This blog is out of sequence.

1.
I want to write about The Little Dog.  Perhaps that’s all I’ll write about today.

Anyone who met me this past decade… will have met The Little Dog.  A slim, muscular, tan and white Jack Russell/chihuahua mix formerly known as Ziggy.  You’ll remember how he is: inquisitive and grumpy in equal measure.  You’ll remember the heart-shaped patch above his tail.

I found him on an unseasonably hot Californian Sunday morning at the Palisades farmer’s market after my 7.30am AA stag meeting.  He was forlornly caged with a collection of yappy dogs and puppies, all up for adoption.  He wanted to bite me the moment I met him and I could tell by the look in his eye that he trusted no one.  He was my kind of dog.   I was warned not to take him, he had been adopted twice before and ended up being returned to the shelter.  I took him anyway and we battled each other for the next two weeks until he realized he had run out of options.  He put up quite a fight.  He ran away and hid under the house for three days, he pooed on the carpet, he peed over everything.  He stared at me growling for hours then without warning, when he felt like it he would jump up beside me, his whole body pressed against mine, quivering with anticipation… but he still wouldn’t let me touch him.

The Little Dog is 12 years old.  Perhaps he isn’t Jack Russell old (they can live until they are 19) but he’s maybe older than I was told when I got him.   He has travelled all over the world.  Travelled to London with Jake on that ill feted trip, driven the French Riviera.  He has run off leash in Battersea Park, Central Park and the Jardins des Tuileries.  I was not the best or most responsible owner, I let him off whenever I could, wherever I could.   He has wandered in awe around the redwoods in Northern California, he has swum in the sea in Provincetown and the Mattole River.  He rolled around snowy Whitstable beaches.  He chased coyote with The Big Dog in Malibu, he dug holes in the sand on their private Malibu beaches and slumped into them… he enjoyed the love, lifestyle and freedom most dogs could only dream about.

There were times he paid for his independence: he was bitten by a clever coyote late one night as he was peeing in Malibu.  That night I broke my ankle trying to defend him and Robby had to call the vet and the hospital and generally do what he did best.   There was the time I left him with Jennifer and he went exploring.  The Little Dog limped home with a paw as big as my fist because a rattle snake bit him.  I rushed back to the Malibu vet from Long Beach in my F150 and there he was in his cage looking very sorry for himself.  But after everything… he survived another day.

As I sat in the LA county jail this Little Dog’s safety was the only thing I really worried or cared about.  Jason looked after him as I languished down town and given the opportunity I whistled down the phone so The Little Dog might hear I was not dead or gone or had deliberately abandoned him.  When I returned after 3 months he looked at me askance.  I could see him thinking, ‘I moved on from you.  I thought you were dead’.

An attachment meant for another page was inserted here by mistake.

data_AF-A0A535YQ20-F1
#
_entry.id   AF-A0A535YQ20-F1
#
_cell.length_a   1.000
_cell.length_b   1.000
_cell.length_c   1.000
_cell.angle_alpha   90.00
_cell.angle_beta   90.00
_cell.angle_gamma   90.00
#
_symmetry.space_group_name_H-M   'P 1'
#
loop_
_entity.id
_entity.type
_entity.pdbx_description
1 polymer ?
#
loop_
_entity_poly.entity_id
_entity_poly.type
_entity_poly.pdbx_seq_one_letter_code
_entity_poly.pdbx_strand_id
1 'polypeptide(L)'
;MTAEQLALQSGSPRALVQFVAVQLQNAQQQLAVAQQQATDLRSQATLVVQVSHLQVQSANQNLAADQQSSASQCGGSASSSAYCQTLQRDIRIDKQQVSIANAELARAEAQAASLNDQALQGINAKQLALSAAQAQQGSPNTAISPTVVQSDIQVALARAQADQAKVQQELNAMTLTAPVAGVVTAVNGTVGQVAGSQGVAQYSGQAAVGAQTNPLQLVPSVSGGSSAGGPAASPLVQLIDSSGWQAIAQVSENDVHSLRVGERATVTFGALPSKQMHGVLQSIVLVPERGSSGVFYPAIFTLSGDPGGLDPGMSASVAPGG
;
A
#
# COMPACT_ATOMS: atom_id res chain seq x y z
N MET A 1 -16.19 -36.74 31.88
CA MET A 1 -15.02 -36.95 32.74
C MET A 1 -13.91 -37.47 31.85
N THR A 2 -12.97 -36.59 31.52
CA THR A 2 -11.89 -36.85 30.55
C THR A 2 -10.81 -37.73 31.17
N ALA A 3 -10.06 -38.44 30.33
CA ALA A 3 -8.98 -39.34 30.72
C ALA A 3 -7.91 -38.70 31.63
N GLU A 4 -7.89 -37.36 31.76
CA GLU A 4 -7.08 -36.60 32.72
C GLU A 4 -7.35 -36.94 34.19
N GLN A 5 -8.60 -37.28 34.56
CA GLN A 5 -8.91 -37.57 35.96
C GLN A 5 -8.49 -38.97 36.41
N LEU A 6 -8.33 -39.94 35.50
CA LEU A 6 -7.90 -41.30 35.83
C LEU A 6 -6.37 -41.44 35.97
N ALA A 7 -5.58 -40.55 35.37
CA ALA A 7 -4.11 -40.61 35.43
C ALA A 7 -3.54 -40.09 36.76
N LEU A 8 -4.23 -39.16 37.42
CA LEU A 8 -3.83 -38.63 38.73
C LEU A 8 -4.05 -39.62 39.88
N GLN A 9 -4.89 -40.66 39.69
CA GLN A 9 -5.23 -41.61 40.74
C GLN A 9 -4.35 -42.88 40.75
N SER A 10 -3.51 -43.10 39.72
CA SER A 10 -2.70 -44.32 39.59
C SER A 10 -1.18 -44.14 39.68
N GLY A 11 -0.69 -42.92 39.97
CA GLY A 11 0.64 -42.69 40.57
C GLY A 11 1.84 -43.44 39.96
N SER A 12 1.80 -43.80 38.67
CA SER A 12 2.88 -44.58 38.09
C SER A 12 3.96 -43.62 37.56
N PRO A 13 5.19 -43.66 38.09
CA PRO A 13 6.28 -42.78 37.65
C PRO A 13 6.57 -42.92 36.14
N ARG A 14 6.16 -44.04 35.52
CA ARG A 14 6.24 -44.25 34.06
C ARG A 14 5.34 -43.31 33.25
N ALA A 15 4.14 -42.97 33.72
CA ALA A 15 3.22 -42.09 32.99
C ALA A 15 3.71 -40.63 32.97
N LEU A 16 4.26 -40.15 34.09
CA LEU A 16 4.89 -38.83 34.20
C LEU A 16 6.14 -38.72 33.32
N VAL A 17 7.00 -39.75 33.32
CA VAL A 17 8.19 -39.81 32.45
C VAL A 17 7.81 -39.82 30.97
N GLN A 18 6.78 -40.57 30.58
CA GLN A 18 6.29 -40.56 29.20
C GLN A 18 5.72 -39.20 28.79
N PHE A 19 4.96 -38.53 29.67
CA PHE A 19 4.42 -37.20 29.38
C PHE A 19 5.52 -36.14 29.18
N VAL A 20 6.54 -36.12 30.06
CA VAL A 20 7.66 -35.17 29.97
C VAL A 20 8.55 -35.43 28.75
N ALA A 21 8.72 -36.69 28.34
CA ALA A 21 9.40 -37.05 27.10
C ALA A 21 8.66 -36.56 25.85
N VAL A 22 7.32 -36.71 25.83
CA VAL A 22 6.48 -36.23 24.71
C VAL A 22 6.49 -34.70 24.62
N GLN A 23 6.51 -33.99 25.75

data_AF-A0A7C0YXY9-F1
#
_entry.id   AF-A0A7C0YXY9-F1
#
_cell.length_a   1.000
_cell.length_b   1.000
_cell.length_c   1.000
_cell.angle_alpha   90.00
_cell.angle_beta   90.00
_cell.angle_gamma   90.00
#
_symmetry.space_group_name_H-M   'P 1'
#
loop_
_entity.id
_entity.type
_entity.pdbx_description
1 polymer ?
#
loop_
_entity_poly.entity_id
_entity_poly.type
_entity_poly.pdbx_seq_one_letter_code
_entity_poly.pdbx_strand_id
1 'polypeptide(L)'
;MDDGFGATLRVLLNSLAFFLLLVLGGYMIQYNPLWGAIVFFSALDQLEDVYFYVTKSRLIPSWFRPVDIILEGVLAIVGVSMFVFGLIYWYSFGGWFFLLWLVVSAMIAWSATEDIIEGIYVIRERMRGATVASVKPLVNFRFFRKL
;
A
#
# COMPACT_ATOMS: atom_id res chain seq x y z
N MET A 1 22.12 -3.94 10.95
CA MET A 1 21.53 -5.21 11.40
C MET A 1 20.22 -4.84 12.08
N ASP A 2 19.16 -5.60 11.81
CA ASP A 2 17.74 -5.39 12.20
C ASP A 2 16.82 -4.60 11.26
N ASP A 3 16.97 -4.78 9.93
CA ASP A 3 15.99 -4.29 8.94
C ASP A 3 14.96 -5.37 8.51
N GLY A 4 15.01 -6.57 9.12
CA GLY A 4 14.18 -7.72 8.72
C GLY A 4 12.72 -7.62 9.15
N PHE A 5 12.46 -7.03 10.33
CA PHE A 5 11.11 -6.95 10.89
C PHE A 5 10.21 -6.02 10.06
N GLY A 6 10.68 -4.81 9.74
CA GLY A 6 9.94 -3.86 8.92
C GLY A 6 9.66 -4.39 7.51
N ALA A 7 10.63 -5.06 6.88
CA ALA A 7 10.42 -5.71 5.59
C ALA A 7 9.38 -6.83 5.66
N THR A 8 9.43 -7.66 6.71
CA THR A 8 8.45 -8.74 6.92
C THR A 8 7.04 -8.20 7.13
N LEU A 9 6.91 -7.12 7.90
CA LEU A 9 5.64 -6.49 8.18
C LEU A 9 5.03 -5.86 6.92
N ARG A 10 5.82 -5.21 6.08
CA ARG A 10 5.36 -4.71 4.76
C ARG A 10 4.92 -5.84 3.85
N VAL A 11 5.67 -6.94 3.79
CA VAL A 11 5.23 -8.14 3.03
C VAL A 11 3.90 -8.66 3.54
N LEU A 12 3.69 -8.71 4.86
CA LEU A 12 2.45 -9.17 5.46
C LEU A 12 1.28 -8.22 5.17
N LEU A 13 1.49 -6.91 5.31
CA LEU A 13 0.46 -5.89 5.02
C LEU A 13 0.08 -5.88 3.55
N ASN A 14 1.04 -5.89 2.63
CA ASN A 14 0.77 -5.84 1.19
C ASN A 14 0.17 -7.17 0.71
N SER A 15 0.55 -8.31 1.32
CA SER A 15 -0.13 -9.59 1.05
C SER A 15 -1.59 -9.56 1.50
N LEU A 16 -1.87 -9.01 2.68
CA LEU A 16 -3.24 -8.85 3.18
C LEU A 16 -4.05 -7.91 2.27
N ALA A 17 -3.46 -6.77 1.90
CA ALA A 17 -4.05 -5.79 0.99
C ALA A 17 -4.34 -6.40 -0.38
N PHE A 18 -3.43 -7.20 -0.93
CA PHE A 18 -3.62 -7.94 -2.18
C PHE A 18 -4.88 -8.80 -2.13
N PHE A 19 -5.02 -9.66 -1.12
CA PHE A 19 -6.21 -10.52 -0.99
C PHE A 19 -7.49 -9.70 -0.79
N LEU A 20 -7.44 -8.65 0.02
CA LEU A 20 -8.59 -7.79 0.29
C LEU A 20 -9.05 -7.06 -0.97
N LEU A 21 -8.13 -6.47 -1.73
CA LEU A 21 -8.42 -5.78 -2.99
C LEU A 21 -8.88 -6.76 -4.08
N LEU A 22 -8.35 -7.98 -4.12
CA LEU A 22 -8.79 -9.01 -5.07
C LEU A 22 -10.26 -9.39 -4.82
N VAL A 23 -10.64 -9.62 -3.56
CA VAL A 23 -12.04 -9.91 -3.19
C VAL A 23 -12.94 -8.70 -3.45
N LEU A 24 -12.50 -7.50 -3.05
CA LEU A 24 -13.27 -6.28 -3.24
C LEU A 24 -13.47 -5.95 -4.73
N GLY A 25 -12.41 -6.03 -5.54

Last week The Little Dog began to show all the signs of facial nerve paresis.  FNP is a dysfunction of the seventh cranial nerve, the facial nerve. This condition is evidenced by paralysis or weakness of the muscles of the ears, eyelids, lips, and nostrils.  The cause of this disease is impairment of the facial nerve, or of the place where the nerves come together, and it affects the electrical impulses of the nerves involved. Sometimes the ophthalmic system is affected as well, interfering with the function of the tear glands.   Most often these symptoms are evidence of brain cancer.

His droopy face, like he had a stroke, his wobbling gait.  It was very distressing.  I spoke to every American vet I knew had treated him and they prepared me for the worst.  The long weekend in France meant I couldn’t get to a vet until last Tuesday which turned into Wednesday.  Each day his symptoms got worse.  He sneezed  and fell over.  He cocked his leg and fell over.  He drools and his left eye looks dead.  He was lethargic and miserable.

Finally, I took him to the veterinary hospital near Annecy and a wonderful vet called Dr. Gay.  She scanned his brian and found no cancer.   No infection.  Nothing.  They suggested a head trauma he sustained in Toronto at the nail clippers might be the reason for his condition.  Or… a violent pull on the leash.  They told me it would take three months or so for him to get better, or maybe he would never look like he used to.  They told me to massage his face, irrigate his eye, and clean food remnants from his gums.